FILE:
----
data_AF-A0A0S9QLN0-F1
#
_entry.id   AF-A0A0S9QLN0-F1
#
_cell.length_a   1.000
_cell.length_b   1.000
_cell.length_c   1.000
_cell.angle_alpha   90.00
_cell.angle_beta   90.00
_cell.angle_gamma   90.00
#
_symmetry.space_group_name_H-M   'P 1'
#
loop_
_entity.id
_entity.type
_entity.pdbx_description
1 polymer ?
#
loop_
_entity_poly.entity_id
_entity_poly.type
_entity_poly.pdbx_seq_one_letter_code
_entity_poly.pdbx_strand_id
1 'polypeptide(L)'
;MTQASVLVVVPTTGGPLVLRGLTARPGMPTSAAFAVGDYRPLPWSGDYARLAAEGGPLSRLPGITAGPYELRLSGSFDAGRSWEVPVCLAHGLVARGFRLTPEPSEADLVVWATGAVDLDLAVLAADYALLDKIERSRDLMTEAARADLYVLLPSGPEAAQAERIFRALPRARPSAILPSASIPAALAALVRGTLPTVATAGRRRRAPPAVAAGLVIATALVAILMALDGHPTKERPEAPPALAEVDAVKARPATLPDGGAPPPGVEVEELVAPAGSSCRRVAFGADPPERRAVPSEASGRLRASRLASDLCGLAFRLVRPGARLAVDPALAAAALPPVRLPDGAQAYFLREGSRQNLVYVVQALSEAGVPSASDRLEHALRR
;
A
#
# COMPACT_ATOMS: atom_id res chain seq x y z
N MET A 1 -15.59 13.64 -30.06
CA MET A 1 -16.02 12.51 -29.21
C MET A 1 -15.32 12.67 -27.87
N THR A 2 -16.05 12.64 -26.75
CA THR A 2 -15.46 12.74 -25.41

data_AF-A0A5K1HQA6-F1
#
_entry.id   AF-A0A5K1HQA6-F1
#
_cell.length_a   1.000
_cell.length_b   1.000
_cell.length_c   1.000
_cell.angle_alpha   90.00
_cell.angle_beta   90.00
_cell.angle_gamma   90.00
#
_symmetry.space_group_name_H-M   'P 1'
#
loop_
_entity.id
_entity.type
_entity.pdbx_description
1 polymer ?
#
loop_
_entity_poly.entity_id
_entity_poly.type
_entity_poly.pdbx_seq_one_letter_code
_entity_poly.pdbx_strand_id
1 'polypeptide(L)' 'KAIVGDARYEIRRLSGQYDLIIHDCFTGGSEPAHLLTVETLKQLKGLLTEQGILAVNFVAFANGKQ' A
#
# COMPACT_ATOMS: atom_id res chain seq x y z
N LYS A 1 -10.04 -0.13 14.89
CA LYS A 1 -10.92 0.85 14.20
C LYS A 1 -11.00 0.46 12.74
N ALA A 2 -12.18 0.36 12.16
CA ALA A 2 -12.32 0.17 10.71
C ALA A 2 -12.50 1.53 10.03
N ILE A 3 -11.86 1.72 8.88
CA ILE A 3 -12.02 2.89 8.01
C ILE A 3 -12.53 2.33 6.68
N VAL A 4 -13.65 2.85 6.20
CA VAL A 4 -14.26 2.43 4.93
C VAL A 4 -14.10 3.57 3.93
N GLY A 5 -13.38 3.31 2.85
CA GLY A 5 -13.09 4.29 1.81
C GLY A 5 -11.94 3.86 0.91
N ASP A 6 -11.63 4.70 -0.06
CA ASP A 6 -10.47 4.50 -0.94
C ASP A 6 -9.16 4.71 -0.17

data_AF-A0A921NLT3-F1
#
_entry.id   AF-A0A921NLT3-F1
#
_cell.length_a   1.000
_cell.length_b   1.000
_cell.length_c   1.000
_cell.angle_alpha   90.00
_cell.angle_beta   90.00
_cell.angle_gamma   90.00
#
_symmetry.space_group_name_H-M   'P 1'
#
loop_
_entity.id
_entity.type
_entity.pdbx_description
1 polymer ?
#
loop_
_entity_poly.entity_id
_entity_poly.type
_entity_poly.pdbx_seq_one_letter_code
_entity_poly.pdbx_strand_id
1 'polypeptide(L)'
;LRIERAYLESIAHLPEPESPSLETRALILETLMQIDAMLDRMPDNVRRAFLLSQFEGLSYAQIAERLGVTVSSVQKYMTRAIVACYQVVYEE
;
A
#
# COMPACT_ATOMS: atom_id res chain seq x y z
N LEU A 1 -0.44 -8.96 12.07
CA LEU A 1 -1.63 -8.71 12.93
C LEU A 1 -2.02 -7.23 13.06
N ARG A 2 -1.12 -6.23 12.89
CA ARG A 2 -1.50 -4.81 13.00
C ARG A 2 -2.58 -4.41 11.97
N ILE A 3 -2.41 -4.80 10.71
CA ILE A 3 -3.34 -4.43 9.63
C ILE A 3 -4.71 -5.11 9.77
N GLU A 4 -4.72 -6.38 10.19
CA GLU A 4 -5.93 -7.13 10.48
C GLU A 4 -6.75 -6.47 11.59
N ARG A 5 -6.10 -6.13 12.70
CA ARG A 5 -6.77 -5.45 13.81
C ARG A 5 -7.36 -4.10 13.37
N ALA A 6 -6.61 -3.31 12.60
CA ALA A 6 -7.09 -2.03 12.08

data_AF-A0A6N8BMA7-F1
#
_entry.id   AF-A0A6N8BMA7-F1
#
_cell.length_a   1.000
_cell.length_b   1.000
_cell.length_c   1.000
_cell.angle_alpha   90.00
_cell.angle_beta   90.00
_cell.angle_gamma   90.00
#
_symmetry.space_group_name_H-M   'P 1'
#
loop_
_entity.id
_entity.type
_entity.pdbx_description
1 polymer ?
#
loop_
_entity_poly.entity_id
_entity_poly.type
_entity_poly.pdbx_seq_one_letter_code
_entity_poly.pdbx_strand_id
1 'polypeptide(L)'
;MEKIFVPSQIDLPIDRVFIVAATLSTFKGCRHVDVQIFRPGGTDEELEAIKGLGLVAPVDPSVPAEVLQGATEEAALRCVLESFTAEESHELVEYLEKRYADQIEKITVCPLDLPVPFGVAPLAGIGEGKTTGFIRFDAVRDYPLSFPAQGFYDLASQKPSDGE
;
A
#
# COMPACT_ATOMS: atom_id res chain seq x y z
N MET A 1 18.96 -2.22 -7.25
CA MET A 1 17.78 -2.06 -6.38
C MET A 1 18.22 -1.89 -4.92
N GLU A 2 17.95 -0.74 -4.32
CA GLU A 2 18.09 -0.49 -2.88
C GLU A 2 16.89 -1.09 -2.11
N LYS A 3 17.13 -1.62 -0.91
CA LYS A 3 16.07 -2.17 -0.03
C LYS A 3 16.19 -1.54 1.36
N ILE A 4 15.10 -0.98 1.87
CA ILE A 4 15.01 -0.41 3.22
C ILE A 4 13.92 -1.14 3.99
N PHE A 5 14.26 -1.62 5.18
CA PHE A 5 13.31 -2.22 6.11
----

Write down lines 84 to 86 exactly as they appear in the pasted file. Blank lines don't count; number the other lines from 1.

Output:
#
_cell.length_a   1.000
_cell.length_b   1.000